Three months with the Jharkot Children

A journey into another world

September 2008.

After an eight days' foot march – mostly voluntary, as we could also have gone by one of those tiny airplanes and Jeep – we arrive in Jharkot. The last village below the pilgrimage site Mukhtinat and its hostel settlement. Nestling onto a crumbling cliff, towered over by its monastery, its palace ruins and the new community hall. Clay houses with platform roofs and intricately carved window frames from better times, stapled like card houses. Sporadically new concrete buildings at the periphery.

View from the village towards school and monastery

Four village wells, water tanks on some of the roofs, other households have to fetch their water from the well in canisters. Solar cookers almost everywhere. Buckwheat, apple slices and turnips put out on the roofs and terraces for drying and stocks of wood: not for heating - no house is heated, only for cooking there are narrow clay ovens with room for two pots and, sometimes,  a stove pipe. Showers, even warm water!, in the five hostels, called “hotels”, and in Jharkot Traditional Medical Center School, the small boarding school on the monastery grounds.

There we are going to work for the next three months.
Dolma warming her hands at the oven In the afternoon a warm welcome by Mohan Gurung, the headmaster, project manager, English teacher. Tea in the small consulting room with Amchi Nyima, the Tibetan doctor. Raphaela, volunteer from Germany, 30 years our junior, leads us through the school’s rooms: three sparsely furnished, tidy little bed rooms for the children, one narrow class room with whiteboard, stationary cupboard, four tiny school desks. The rooms of Mohan Gurung and Tsering Dolkar – teacher for Tibetan –also frequently used for classes. In the cook’s room, sacks with rice and Tsampa, canisters of  cooking oil next to his narrow bed. The kitchen with the typical wood-devouring clay oven and a gas cooker, a pile of four low tables which is deconstructed three times a day for mealtimes.
The prayer room with its rows of narrow mattresses along its sides and a shrine at the front wall. Here also classes are held every now and again, but now the 14 children of the school are sitting there cross-legged and with folded hands and recite the Tibetan texts of their daily Evening Puja, - Evening "Prayer" would be an altogether insufficient translation: as so much energy and intensity the whole congregation of an Austrian village could not muster. Chanting rhythmically, alternating slow and fast sections, a kind of sprechgesang with an unfamiliar tone colour, sometimes accompanied by clapping hands. Who becomes sleepy nonetheless gets up and spends the rest of the Puja incessantly prostrating in front of the shrine. The whole thing takes about half an hour, then the children have warm hands and feet whereas we onlookers are freezingly cold despite our down jackets.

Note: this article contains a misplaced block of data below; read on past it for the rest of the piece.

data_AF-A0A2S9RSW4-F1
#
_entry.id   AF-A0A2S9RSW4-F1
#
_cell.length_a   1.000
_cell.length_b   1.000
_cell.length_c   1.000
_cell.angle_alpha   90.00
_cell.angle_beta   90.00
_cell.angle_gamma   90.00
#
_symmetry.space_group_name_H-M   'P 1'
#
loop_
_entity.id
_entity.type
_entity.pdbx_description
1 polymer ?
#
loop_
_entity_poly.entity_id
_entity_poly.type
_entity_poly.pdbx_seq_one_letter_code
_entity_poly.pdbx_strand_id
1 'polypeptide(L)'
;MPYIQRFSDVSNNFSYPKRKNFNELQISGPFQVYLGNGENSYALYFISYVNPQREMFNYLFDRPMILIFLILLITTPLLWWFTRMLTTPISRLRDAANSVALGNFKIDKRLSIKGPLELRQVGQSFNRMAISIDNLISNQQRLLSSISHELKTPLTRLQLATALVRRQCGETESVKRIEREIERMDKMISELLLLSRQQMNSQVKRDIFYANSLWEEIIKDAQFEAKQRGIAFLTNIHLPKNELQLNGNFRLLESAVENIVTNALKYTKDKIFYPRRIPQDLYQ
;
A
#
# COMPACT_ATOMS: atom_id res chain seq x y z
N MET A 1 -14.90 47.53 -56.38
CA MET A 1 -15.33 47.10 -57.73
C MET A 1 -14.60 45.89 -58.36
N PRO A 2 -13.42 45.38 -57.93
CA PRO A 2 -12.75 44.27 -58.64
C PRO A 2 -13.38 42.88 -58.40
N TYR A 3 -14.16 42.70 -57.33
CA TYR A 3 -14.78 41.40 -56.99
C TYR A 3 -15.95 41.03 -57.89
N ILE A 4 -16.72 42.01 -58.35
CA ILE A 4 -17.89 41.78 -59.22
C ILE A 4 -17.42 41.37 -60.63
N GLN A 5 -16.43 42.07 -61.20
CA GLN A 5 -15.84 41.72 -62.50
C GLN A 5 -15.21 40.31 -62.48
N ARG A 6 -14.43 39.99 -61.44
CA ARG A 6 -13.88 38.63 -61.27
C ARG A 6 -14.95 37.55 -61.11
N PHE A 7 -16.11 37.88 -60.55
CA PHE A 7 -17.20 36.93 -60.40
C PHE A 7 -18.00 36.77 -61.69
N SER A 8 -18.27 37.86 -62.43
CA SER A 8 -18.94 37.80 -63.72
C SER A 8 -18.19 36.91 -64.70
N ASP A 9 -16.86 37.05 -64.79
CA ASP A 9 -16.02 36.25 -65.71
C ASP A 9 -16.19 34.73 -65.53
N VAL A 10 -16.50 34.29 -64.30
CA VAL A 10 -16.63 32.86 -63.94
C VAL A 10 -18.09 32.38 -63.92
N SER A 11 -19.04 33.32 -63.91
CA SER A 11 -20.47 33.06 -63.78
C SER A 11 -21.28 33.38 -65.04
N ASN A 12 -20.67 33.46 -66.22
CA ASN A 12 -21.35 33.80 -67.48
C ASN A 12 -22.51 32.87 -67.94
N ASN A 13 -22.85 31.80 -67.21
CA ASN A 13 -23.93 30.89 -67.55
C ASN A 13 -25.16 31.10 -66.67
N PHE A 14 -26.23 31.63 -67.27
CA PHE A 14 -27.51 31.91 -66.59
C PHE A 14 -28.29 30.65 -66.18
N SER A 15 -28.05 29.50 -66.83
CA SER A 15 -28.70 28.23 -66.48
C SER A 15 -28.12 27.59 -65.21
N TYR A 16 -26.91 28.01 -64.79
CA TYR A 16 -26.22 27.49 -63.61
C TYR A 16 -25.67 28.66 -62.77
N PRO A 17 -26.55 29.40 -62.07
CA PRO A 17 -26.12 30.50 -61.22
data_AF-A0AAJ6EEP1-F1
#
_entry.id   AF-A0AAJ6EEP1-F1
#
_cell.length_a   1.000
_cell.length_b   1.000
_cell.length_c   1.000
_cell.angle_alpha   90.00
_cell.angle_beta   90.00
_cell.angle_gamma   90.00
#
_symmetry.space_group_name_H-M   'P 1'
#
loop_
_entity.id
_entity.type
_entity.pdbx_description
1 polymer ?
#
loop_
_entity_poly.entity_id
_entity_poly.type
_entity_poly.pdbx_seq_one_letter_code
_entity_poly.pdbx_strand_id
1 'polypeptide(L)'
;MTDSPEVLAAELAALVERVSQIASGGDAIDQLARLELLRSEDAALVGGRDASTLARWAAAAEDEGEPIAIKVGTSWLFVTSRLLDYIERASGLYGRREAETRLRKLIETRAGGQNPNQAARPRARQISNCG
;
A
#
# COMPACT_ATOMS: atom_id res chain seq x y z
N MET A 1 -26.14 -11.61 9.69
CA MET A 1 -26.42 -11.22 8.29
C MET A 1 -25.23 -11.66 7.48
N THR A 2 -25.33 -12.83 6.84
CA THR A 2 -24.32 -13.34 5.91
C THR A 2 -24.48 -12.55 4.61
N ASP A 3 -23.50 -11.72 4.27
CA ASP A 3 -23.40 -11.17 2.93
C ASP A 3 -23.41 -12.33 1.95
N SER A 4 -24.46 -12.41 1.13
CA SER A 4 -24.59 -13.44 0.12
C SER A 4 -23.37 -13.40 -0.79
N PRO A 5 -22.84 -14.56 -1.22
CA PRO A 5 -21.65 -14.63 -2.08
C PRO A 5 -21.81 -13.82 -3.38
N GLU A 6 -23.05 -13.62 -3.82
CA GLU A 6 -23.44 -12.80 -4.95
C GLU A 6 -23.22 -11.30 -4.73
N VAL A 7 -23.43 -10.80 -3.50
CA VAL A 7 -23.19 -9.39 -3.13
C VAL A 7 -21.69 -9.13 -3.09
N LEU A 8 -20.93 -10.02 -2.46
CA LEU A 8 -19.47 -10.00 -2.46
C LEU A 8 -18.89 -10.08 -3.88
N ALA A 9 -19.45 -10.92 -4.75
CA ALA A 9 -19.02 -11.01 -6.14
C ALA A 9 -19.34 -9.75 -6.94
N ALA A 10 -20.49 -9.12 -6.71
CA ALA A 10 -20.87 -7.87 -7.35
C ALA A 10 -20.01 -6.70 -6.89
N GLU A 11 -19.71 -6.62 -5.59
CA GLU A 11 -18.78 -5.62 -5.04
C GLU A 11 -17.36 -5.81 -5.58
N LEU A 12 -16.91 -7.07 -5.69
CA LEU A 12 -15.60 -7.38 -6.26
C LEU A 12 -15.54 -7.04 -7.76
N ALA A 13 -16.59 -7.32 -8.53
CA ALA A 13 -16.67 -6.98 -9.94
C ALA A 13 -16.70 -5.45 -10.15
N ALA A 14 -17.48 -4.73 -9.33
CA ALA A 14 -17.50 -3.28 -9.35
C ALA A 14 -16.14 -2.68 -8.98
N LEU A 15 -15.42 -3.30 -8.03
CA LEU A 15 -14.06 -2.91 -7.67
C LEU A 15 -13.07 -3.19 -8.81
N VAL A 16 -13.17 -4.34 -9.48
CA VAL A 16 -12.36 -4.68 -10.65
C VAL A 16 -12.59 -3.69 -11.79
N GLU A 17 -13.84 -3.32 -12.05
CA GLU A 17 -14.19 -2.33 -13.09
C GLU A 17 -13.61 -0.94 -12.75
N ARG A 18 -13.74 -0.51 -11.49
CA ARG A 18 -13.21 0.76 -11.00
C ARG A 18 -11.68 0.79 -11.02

We have brought material for painting and handicraft. Coloured paper, water colours, oil pastels, scissors, glue. The children love the classes: The improvised gong is beaten, "Class two and three - English lesson in the prayer room!" or even better: "Drawing lesson!" They rush over, pull us into the room, drag the low tables out of the kitchen. We are not allowed to do anything ourselves, they fetch our bags from the courtyard, paper and paints from the classroom and button up our jackets. If the programme allows the classes are held in the open air, in the sun outside it is warmer than inside, even in the middle of November.
Pema Dechen designing a paper mask
The children do still life studies, they draw cartoons and portraits, they learn to work with brush and tempera paint, they paint feelings and dragons, they build model stone houses, they make mobiles and masks out of paper, rattles out of broken light bulbs, they decorate their rooms. Even a short theatre play is performed in front of a small audience.

In the children’s daily lives there is a clear assignment of duties: each of the three rooms which sleep five children each, sometimes two to a bed, has its own "captain" who is responsible for its tidiness. Every day two different children do the dishwashing, two more serve the meals. You never see them quarrel whose turn it might be, they are never in a bad mood because of their work.